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Museum Of Natural History

The Museum of Natural History is a brainchild of former Prime Minister Smt. Indira Gandhi as she suggested this concept, on the eve of 25th Independance day celebrations. She felt the need to preserve Indias' natural and mineral wealth so that the present and future generations have a chance to learn about it. It was opened for public entry on the world environment day in the year 1978. Subsequently, similar museums were established in other parts of India.

The museum also provides various educational programmes for children through the out-reach events. These educational programmes are aimed at providing a platform to become aware of the nature and urban pollution issues. These involve all children, including children with different abilities. Other activities like film shows and publications are also used to educate the masses about environment.

Features of National Museum

The museum of natural history is controlled by ministry of Environment, Forests and Climate Change, Govt. Of India and provides an excellent educational source for children. This museum is split into galleries on different floors which exhibit a variety of natural exhibits throwing light on the nations' natural heritage. On one of the floors there is an area for children to handle and experience nature through fun activities. The fourth floor is dedicated to temporary exhibitions, which are regularly carried out by the Museum authorities and are generally theme based. As was the vision of Late Smt. Indira Gandhi, the collection, activities and events are aimed at creating environment awareness and educating the masses about the ecosystems.

On Exhibit

History of nature is introduced in the gallery 1 through its exhibits. It showcases a varied collection of flora as well as fauna so as to bring out the origin of life. It attempts at explaining the evolution through the section showing sequences and proofs from ancient times until the present day. Another part of this gallery educates children and adults on the habitats of plants and animals. In addition to this, various processes like pollination in flora, insects and their uses, adaptations of animals to water, land and air are shown through the exhibits. It serves as an extension to the classroom teaching of these subjects in a useful and practical way.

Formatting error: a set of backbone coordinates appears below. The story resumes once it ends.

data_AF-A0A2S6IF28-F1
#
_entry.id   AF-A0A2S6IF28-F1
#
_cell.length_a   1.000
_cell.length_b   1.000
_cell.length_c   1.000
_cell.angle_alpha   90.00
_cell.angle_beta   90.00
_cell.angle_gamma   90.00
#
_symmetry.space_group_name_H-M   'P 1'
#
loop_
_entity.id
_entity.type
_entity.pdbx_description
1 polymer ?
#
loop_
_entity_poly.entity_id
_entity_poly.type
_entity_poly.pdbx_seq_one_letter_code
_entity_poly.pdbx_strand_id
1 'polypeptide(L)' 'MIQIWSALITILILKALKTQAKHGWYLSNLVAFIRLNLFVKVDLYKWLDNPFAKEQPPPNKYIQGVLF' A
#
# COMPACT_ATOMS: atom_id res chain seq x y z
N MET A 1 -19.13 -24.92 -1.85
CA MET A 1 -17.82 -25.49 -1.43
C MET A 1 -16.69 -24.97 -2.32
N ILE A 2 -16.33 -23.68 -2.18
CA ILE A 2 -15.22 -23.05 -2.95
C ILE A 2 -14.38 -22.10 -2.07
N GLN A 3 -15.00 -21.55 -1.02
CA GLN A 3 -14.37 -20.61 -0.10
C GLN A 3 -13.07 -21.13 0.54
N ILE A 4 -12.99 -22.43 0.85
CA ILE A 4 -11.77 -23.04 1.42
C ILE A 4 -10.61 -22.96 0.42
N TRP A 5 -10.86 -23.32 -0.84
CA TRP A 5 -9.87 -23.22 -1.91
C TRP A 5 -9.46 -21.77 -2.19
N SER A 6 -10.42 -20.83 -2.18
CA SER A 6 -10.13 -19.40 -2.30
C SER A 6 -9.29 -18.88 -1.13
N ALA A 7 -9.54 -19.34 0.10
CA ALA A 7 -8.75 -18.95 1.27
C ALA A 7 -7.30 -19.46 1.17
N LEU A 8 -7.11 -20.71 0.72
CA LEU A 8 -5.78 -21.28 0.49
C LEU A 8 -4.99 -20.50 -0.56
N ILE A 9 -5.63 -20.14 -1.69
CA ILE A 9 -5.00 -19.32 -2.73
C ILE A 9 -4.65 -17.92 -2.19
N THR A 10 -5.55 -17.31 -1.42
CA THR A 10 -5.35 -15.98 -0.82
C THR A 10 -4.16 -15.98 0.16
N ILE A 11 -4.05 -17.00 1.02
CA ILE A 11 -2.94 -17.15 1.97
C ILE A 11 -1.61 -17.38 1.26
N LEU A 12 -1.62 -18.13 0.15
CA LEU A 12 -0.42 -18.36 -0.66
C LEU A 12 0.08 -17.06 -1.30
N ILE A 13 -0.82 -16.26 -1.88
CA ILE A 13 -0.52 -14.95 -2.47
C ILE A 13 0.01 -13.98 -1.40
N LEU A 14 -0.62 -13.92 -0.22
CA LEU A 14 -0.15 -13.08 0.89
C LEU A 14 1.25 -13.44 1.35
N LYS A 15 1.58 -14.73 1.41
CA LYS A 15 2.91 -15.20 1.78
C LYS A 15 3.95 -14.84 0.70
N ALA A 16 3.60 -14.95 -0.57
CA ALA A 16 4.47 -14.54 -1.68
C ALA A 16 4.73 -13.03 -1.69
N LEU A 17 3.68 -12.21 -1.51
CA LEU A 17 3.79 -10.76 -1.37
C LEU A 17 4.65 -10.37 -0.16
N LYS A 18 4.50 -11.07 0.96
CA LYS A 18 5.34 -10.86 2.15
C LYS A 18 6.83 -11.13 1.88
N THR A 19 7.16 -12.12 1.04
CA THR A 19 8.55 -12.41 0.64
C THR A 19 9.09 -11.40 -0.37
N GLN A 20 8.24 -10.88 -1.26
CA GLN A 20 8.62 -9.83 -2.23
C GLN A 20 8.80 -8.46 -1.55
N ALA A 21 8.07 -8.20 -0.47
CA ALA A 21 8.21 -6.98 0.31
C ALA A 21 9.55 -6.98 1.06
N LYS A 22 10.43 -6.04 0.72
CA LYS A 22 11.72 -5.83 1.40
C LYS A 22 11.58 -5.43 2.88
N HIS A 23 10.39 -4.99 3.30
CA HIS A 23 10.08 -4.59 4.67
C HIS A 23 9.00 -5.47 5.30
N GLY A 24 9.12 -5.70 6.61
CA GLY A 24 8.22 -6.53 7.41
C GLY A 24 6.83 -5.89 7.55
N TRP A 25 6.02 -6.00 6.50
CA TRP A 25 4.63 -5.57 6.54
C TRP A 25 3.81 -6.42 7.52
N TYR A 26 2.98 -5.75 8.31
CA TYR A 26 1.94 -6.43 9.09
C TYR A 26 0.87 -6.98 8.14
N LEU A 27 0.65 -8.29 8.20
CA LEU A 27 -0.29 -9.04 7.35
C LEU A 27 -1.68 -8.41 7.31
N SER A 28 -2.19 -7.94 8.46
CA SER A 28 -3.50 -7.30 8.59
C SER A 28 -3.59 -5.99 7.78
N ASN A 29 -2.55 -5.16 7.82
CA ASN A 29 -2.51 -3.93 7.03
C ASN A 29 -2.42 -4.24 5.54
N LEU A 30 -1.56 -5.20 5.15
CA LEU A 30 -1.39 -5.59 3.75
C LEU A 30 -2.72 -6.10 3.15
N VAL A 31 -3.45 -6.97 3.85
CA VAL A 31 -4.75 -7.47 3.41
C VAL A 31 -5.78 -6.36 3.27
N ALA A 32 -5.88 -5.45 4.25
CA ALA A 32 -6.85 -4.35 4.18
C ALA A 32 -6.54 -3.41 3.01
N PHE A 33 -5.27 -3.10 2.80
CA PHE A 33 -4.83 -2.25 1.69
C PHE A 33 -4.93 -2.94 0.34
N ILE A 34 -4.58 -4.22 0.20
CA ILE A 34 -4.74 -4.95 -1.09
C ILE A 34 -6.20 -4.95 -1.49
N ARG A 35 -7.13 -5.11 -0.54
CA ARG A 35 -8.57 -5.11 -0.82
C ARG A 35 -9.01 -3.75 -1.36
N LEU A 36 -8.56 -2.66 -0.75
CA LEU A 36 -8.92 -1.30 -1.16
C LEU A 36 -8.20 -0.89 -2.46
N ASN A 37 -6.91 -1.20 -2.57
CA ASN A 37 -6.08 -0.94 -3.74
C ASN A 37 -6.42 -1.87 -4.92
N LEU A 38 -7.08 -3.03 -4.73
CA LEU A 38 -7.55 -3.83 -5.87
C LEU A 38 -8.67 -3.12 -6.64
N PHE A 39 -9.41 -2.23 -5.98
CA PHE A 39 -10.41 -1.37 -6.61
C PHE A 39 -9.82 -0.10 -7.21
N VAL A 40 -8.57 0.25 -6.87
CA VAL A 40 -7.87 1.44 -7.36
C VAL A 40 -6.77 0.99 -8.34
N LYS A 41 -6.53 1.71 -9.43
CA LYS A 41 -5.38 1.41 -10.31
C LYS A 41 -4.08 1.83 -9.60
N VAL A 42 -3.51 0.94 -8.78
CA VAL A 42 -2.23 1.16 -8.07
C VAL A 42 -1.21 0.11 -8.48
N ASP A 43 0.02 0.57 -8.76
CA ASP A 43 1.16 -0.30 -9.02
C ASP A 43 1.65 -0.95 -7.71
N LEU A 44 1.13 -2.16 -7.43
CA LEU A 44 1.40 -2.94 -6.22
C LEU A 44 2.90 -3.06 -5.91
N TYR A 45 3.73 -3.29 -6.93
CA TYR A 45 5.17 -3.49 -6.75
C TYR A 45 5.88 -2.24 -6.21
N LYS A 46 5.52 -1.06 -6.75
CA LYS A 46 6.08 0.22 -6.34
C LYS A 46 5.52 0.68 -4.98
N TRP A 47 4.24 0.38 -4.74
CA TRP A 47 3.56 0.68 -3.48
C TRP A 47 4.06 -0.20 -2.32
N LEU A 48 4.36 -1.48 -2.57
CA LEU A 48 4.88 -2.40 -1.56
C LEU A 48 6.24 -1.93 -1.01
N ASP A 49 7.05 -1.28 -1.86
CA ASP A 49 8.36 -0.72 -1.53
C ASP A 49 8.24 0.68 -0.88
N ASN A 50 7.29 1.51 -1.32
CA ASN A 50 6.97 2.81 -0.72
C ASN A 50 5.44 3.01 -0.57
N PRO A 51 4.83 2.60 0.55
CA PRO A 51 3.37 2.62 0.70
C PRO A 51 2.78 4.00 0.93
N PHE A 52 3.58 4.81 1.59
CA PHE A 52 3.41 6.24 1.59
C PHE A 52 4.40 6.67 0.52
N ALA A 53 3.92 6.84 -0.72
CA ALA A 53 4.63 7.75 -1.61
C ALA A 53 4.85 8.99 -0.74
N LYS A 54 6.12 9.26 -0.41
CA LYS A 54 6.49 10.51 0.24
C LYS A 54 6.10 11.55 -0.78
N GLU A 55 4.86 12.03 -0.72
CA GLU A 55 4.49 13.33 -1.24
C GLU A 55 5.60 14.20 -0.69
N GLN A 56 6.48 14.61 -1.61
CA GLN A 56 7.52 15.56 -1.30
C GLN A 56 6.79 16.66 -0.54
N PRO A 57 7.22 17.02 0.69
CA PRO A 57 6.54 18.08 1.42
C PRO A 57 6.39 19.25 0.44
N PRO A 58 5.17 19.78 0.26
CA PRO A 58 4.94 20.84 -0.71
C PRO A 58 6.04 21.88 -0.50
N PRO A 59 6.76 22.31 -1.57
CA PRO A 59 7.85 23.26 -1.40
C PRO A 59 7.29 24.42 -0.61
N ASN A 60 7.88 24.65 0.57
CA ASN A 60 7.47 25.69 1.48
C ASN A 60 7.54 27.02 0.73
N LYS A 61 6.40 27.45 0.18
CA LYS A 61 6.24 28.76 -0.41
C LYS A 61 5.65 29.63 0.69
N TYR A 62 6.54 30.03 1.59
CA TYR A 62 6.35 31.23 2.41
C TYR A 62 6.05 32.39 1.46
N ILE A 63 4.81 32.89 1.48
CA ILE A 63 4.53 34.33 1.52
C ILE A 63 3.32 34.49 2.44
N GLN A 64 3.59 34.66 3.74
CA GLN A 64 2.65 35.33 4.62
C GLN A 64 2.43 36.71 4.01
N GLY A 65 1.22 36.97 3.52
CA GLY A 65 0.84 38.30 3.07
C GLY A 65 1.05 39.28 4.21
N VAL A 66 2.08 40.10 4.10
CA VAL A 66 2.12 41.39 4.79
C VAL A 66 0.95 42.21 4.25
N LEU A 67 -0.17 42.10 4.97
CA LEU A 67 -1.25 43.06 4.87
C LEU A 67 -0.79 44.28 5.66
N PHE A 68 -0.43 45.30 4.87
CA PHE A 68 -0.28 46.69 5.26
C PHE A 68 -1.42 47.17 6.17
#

Gallery 2 provides an analysis of the prominent ecosystems which have been and are, a part of this world and this section is called as the "Nature's Network: Ecology. It has exhibits explaining the food chains and webs along with the information related to the interrelationship within various plants, animals and human beings. Important issues like decomposition and bio-geochemical cycles are taken up through the show. Last but not the least, this section throws light on the present day problems and the answers, as to why it is so important to conserve nature. It tries to trigger a thought process as to how the facts like extinction of wild species and disappearance of jungles is affecting us.

Gallery 3 deals with the conservation subject and handles the various aspects of preservation of nature. Through the exhibits in this section a presentation of the mindless exploitation of nature by mankind is pointed out explicitly and consequence of deforestation is stressed through contrasting exhibits.  Other exhibits show various effects like deficit soil because of erosion, which are responsible for formation of useless lands and are pushing towards danger for life on this planet. This section also has showcases stressing the need for population control stating environment and life extinction dangers. A part of this section tries to turn the attention of the visitors to the various past and present conservation projects like the significant exhibits related to Chipko andolan and Bishnois community.

Other than these galleries, facilities like discovery and activity rooms are created for children of various ages. Activities are planned according to the needs of children’s studies and are aimed at making them educative plus fun. There is also a facility to handle some specimens and explore creativity through activities like painting and modelling. It works to kindle the scientific curiosity in children while educating them.

As mentioned earlier the fourth floor is dedicated to theme-based temporary exhibitions which are unique. Efforts are made to take these exhibitions internationally, to take the nature and environment issue ahead.  

Information for Visitors

  • Timings: 10 am-5pm Tuesday-Sunday and closed on National Holidays
  • Ticket Cost: Nil
  • Location: FICCI Museum Building, Delhi.
  • Attractions: The preserved herpetological specimens, butterflies and mounted specimens.

How to Reach

By Road

Delhi can be reached via road comfortably since it is connected to other parts of India through a dense network of roads. Once in Delhi, local transport like DTC buses, cab and taxi can be utilised.  

By Air

The nearest airport to the museum is the Indira Gandhi international airport and facilitates regular national and international flights.

By Train

Travelling to the museum by train is also convenient since the Delhi railway station junction is nearby. Also, one can take advantage of the efficient Delhi metro service to travel within Delhi.

By Bus

The local transport system of Delhi includes the DTC buses having varied and adequate transit opportunities within Delhi at reasonable rates.







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